The Noorderbrug project in Maastricht has improved the flow of traffic that has to cross the Meuse river on the north side of the city. As Senior Advisor at Antea, Bjorn Vink was closely involved in this infrastructure project in the south of the Netherlands, which used Eijkelkamp Soil & Water equipment.
‘Because I have previously been involved in similar projects in and around the city of Maastricht, the client consulted me as an area expert for this project. For this I worked with Antea colleagues Paul Diederen and Feodor van Heur as well as Arjen Wijdeveld of Deltares. Arjen has a working background in hydrologics and is an expert on leaching. As part of the project, we mainly focused on the former branch of the Noorderbrug bridge on the west side of the Meuse. A new road was constructed for this, with immobilisate used for the foundations. When the immobilisate was laid, it had to be monitored, as parties were interested in knowing how it behaved in the soil. For example, does it leach and if so to what degree? Are the substances in it sufficiently bound or do substances leach into the environment?’
‘We also used Eijkelkamp Soil & Water monitoring equipment to monitor the groundwater levels and water levels in the canals. This gave us more insight into these relationships. For example, the Meuse ebbs and flows and the entire area is affected during high tides. The subsoil of Maastricht and the surrounding area is characterised by many different situations, which makes the groundwater system incredibly complex. We knew about this for certain areas, but it was not known for this specific area. This has now been recorded in detail through intensive monitoring, both in the time invested as well as the number of measuring points taken into account.’
‘Learning the behaviour requires a large number of measurements.’
Bjorn Vink - Senior Advisor Antea Group
‘A total of eight groundwater measuring points have been set up, and we used three drains to see if any water enters them. To give an example: if it rains and water enters the drain, we know that the immobilisate is permeable at that location – something best avoided. We also measured the moisture content of the immobilisate to see how it behaves, such as whether the moisture level rises or whether the immobilisate dries out. This is an interesting thing to determine in terms of leaching.’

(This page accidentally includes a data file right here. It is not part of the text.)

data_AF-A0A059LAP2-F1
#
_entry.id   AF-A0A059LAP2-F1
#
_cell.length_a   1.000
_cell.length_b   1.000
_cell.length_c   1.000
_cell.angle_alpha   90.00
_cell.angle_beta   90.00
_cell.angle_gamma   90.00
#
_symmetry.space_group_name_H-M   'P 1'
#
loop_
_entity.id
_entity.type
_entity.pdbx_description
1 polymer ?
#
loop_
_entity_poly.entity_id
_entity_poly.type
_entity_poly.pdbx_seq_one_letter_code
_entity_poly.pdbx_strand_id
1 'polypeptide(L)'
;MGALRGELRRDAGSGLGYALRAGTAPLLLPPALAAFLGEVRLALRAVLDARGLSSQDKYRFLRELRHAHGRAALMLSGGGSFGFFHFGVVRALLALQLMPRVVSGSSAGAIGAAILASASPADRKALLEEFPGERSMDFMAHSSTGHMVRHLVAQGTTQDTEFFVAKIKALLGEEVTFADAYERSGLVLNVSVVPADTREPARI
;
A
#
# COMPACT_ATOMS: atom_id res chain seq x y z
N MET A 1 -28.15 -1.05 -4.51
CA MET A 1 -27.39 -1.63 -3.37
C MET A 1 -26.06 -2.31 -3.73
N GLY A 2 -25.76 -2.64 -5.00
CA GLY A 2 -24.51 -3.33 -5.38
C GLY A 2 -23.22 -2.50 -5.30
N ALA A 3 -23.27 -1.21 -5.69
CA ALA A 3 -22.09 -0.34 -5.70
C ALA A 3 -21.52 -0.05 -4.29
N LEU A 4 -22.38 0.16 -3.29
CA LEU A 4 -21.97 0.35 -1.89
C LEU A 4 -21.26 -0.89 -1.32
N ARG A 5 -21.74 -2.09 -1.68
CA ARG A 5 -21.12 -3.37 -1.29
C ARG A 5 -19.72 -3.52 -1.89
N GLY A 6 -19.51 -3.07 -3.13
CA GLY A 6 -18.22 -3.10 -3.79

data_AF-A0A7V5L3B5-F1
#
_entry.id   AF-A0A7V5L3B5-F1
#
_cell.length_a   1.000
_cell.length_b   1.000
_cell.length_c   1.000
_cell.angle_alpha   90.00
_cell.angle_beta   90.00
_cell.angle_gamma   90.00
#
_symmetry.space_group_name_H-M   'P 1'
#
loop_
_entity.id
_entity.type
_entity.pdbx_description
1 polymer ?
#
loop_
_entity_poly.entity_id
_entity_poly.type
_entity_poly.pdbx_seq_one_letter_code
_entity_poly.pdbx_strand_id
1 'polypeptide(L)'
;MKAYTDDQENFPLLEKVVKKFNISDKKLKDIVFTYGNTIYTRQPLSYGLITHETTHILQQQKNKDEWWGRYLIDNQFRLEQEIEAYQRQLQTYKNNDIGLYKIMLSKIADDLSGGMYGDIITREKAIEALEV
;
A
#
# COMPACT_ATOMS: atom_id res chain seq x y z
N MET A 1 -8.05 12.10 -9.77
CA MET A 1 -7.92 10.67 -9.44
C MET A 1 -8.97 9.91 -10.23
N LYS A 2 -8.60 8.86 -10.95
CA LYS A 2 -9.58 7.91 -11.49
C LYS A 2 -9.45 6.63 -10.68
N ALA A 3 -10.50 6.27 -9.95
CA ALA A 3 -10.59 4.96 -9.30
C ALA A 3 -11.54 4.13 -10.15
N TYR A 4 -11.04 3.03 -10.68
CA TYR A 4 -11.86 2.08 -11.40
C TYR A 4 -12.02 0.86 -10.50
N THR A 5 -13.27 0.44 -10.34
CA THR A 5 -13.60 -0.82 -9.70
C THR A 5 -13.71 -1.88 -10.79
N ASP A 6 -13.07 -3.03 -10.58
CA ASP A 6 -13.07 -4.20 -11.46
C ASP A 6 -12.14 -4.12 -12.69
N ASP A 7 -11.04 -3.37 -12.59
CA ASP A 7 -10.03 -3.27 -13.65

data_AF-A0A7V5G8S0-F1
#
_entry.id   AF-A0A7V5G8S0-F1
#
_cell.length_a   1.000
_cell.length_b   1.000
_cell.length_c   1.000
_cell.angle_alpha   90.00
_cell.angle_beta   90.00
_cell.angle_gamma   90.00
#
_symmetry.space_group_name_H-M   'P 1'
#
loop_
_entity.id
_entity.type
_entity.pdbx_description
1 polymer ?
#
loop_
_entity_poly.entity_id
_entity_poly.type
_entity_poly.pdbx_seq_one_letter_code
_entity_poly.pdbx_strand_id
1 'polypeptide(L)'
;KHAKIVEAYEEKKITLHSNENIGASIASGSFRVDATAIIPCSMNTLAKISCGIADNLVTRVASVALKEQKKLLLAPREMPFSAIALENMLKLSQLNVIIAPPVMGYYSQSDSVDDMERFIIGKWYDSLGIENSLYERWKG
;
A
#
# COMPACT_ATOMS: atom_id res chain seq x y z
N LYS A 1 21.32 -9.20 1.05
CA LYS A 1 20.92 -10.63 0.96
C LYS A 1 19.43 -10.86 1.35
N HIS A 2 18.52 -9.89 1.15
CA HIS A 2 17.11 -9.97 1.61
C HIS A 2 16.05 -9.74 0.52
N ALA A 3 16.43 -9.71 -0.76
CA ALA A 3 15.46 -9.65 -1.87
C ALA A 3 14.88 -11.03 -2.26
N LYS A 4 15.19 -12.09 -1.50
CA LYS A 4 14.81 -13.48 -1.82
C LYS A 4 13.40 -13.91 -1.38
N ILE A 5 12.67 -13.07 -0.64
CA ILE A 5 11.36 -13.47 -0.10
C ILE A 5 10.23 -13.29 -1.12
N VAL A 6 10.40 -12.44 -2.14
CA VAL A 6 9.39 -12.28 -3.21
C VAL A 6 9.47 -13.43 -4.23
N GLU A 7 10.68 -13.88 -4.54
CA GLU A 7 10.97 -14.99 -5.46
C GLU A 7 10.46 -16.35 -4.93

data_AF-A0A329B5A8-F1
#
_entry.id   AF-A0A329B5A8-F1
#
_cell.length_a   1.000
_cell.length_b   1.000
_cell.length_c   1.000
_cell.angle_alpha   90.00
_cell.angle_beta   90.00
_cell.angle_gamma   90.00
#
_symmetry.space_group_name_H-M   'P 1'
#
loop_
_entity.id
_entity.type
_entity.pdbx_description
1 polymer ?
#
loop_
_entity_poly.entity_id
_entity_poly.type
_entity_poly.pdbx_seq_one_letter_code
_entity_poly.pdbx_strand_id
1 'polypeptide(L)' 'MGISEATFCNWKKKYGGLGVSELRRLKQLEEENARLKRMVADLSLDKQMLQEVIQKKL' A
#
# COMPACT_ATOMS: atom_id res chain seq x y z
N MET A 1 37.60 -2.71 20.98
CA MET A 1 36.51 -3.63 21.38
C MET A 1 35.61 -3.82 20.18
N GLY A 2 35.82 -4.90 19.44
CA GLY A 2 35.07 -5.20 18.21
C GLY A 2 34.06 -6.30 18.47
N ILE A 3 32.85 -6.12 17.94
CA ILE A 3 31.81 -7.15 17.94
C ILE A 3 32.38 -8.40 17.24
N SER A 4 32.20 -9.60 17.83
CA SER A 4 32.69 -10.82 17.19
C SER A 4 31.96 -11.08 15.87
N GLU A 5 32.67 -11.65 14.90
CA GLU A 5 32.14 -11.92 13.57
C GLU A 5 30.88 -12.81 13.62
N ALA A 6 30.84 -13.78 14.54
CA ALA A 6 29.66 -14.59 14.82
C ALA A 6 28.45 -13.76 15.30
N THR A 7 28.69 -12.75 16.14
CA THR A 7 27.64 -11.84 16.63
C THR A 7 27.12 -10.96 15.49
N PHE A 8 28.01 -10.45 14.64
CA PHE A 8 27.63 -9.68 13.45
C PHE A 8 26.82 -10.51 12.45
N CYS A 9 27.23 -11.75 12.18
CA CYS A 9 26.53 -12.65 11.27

‘Data were sent via modems so that we could monitor this online. We also received the occasional warning after some rain caused moisture to spill to a drain. This meant that we had to take a sample to the lab. Our field employee checked the monitoring wells if one of the EC or pH meters gave strange readings, because then you know that something is being transported.’
‘I gained a wealth of experience through the large-scale Avenue2 tunnel project in Maastricht, such as issues with pollution and tunnel construction. Because if you are going to drain, you could inadvertently suck a spot containing Volatile chlorinated hydrocarbons into the construction pit. If that happens, people will have to work in decontamination suits. Those are the kinds of situations you want to avoid, so we did a lot of complex research in that area. The Noorderbrug project was certainly not a regular project either. But together, including with the help of Feodor van Heur and Arjen Wijdeveld, we devised a practical monitoring approach to track any leaching of immobilisate material. This was also a requirement specified by the competent authority. We needed to establish whether measures had to be taken. You want to have a foundation and measurement data for analyses and discussions. Thanks to all the data we collected, we now have a keen understanding of how the area works. This means that we can estimate the speed of a displacement.’
‘I have been familiar with Eijkelkamp Soil & Water for some time because of a former colleague and the Avenue2 project, in which I worked closely with Henk van Tongeren Water en Techniek, which in turn used your groundwater monitoring equipment. Once more, our experiences were positive. I enjoyed working with your Technical Projects team and using the online Web Portal, which made it easy for us to export or import all the things we needed. Because you truly monitor the project, you can view the project as a full continuous measurement. This gives you a clear picture of the hydrological system of the project area and shows the influence of channels, what happens after a heavy downpour, and how the subsoil reacts to immobilisate. Learning about the behaviour of the area means you need to perform many measurements.’
Watch the video in which Bjorn Vink tells about the project.
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